For additional flavor, some bbq cooks like to inject their pork shoulder with a marinade before putting it on the Traeger.
The idea is to add flavor and moisture deep into the meat to help season the bland interior of the pork while its cooking.
The only problem, is it adds water weight and significantly extra time to your cook.
By adding 8 oz of injection you may be increasing your pulled pork cooking time by an hour or more.
And think about it, when the pork butt comes out of the Traeger pellet smoker, you are going to be pulling it apart in a big tray, and adding more seasoning at that point too.
So why go through the hassle of injecting the interior if you are going to be adding seasoning later anyways?
Injections work great on sliced meats like the ones mentioned above because you are slicing and serving and wanting the slices of meat to have flavor all the way through.
But with pulled meat like Traeger smoked pulled pork, skip the hassle and add your seasoning at the end.
If you REALLY want to inject your Boston butt or any other type of meat, always use a good quality meat injector like this one from JY COOKMENT.
You can use a mixture of apple juice, apple cider vinegar, salt, sugar, and some of your favorite BBQ rub mixed together.
The Best Wood Pellets for Smoking Pulled Pork on a Traeger Pellet Grill
You have a lot of options when it comes to choosing the right wood pellets to smoke your pulled pork on a Traeger pellet grill.
In fact, we went DEEP in depth on our favorite smoking woods for pulled pork HERE if you want to read more on the topic.
Most smoking wood pellets are fair game to some degree, however, mesquite will give a very aggressive smoke flavor to the pork, usually a little too much if used solely on its own rather than mixed in lightly with a milder fruitwood.
Pecan, hickory, apple, beech, alder, and cherry pellets all give great results on pulled pork when smoked on a Traeger.
For a very straightforward flavor, we are also big fans of Bear Mountain Red and White Smoky Oak Pellets
For the best results, store your unused pellets in a sealed room temperature container like this 20 lb pellet container rather than in the Traeger’s hopper outside.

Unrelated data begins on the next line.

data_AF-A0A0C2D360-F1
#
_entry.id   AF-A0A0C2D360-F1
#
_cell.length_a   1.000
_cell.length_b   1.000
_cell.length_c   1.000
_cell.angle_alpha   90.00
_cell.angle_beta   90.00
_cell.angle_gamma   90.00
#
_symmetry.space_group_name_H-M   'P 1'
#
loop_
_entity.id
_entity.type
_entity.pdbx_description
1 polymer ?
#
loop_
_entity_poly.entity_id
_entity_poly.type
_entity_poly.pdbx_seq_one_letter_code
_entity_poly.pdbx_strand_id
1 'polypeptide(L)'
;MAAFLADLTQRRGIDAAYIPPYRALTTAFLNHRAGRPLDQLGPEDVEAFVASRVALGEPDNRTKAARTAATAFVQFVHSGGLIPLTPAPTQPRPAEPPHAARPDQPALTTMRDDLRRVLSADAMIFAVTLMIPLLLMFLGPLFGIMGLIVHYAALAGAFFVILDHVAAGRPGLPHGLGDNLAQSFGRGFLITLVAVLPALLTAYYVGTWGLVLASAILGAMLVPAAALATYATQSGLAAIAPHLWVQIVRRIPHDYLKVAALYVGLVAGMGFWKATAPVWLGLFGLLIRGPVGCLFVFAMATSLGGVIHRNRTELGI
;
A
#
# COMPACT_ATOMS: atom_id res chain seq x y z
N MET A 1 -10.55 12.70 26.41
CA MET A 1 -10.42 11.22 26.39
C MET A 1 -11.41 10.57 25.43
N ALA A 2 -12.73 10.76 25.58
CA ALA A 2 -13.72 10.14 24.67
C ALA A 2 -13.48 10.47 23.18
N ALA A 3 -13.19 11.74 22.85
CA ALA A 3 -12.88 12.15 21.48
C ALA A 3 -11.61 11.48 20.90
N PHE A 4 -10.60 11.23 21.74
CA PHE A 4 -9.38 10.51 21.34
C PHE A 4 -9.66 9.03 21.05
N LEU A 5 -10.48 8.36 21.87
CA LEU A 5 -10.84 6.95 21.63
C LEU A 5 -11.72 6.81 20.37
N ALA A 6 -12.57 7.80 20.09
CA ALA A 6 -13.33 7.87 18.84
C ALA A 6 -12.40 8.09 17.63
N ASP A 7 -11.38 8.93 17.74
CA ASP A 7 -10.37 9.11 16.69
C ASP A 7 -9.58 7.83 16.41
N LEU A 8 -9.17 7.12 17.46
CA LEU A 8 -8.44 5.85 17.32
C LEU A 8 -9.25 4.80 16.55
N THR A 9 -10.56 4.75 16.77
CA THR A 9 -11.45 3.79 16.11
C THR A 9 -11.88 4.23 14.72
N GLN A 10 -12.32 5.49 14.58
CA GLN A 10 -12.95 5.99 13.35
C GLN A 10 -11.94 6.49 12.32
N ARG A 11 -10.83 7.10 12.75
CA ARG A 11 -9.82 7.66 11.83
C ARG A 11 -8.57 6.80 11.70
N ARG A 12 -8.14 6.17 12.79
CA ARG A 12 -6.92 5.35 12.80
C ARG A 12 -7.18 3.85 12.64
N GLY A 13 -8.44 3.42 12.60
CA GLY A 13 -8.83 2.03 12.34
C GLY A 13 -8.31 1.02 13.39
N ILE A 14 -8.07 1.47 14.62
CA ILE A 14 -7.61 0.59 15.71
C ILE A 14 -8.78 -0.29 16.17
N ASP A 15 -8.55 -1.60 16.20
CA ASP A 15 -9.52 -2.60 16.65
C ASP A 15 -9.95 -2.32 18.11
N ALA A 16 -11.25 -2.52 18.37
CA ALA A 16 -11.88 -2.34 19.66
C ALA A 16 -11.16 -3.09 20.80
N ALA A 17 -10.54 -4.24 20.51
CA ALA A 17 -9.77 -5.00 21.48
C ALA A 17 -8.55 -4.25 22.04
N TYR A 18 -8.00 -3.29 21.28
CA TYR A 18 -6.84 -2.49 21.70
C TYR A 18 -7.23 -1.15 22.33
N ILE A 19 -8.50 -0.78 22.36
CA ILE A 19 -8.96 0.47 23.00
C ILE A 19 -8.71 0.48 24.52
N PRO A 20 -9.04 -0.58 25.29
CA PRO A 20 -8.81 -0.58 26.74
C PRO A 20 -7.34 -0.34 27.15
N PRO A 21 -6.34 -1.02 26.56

Traeger pellets do not last forever, but will definitely last a LOT longer if stored indoors in a quality airtight container.
How a Traeger Pellet Grill Works
In order to cook ANYTHING well on a Traeger pellet grill, you need to first have a basic understanding of how a pellet grill works.
***Completely New to Using a Pellet Grill? No Worries!****
Hop over and check out this Complete Guide to Understanding How a Pellet Grill Works if you are interested in learning more in depth. We’ll be here when you get back!***
Add your Hardwood Pellets
First, you add hardwood pellets into the side hopper.
The Traeger pellet grill automatically feeds these small wood pellets via an auger mechanism to a fire pot where they are burned up, providing both heat and smokey flavor.
The pellet grill automatically controls the flow of pellets depending on your temperature setting so that you maintain an even temperature throughout the entire cook.
How to Smoke Pulled Pork on a Traeger Pellet Grill
- A large piece of foil to cover the meat
- Cutting board
- Wood pellets
- Brush or spray bottle (preferably the latter)
- Large forks or a proper pair of grilling tongs
- Meat thermometer
- Traeger pellet grill
- 4 tablespoons of brown sugar
- 3 tablespoons of salt
- 3 tablespoons of paprika
- ½ tablespoon of cayenne
- 1 tablespoons of onion powder
- 1 tablespoons of garlic powder
- 2 tablespoons of ground black pepper
- 5-8 lb pork shoulder
- Apple juice or Cola
- Apple cider vinegar
How to Start up the Traeger
There is a specific start up process for the Traeger brand pellet grills you can read all about in depth HERE if you aren’t sure how to fire it up the first time.
Otherwise, here is the basic process for how to start a Traeger before throwing on your pork shoulder:
- Plug in the grill.
- Flip the power switch to ON and turn the dial to “Smoke”.
- You will hear the fan kick on and the auger start to move and begin to kick pellets into the fire pot. Your fire rod will begin to heat up as well.
- Leave the lid open for about 5-7 minutes until you start to see white billowing smoke come out of the grill. This happens when the pellets are first igniting.
- Once a smoke is being produced, close the lid and change the temperature dial to your desired temperature setting, in our case 225°F.
- Allow about 10-15 minutes to preheat the grill.
- While you are waiting, make sure you’ve got the drip pan in place and the grease bucket hanging to catch any grease that comes out during the cook.
- Put your grates on if they aren’t already in place.
- Using a good bristle free grill brush, clean off the grill grates if there is any leftover stuck on food from the last cook.
- When the pellet grill comes up to temperature go ahead and put on your food!
How Long Does it Take to Smoke Pulled Pork on a Traeger Pellet Grill?
At 225°F, it will take roughly 1.5 hours per lb to fully cook a pork butt. So a 6 lb pork shoulder may take about 9 hours.